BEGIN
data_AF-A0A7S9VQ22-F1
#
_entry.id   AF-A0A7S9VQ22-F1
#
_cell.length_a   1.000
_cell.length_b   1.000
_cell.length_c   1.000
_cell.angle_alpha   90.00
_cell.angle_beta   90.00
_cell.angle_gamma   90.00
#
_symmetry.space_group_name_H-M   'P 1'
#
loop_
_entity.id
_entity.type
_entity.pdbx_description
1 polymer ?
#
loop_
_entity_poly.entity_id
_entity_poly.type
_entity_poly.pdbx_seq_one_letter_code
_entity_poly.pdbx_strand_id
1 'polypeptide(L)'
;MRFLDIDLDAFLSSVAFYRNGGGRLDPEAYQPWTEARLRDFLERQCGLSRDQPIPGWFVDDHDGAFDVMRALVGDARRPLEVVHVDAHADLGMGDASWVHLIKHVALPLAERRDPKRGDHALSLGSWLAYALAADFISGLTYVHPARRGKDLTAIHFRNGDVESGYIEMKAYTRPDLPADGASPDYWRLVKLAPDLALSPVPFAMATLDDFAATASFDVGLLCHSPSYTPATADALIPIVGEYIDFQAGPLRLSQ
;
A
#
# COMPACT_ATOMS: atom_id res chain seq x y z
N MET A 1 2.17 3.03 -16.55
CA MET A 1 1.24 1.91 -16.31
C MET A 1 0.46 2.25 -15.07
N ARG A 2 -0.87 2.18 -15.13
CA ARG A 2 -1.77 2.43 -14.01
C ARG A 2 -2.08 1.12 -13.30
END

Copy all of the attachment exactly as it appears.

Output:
data_AF-A0A7S9VQ22-F1
#
_entry.id   AF-A0A7S9VQ22-F1
#
_cell.length_a   1.000
_cell.length_b   1.000
_cell.length_c   1.000
_cell.angle_alpha   90.00
_cell.angle_beta   90.00
_cell.angle_gamma   90.00
#
_symmetry.space_group_name_H-M   'P 1'
#
loop_
_entity.id
_entity.type
_entity.pdbx_description
1 polymer ?
#
loop_
_entity_poly.entity_id
_entity_poly.type
_entity_poly.pdbx_seq_one_letter_code
_entity_poly.pdbx_strand_id
1 'polypeptide(L)'
;MRFLDIDLDAFLSSVAFYRNGGGRLDPEAYQPWTEARLRDFLERQCGLSRDQPIPGWFVDDHDGAFDVMRALVGDARRPLEVVHVDAHADLGMGDASWVHLIKHVALPLAERRDPKRGDHALSLGSWLAYALAADFISGLTYVHPARRGKDLTAIHFRNGDVESGYIEMKAYTRPDLPADGASPDYWRLVKLAPDLALSPVPFAMATLDDFAATASFDVGLLCHSPSYTPATADALIPIVGEYIDFQAGPLRLSQ
;
A
#
# COMPACT_ATOMS: atom_id res chain seq x y z
N MET A 1 2.17 3.03 -16.55
CA MET A 1 1.24 1.91 -16.31
C MET A 1 0.46 2.25 -15.07
N ARG A 2 -0.87 2.18 -15.13
CA ARG A 2 -1.77 2.43 -14.01
C ARG A 2 -2.08 1.12 -13.30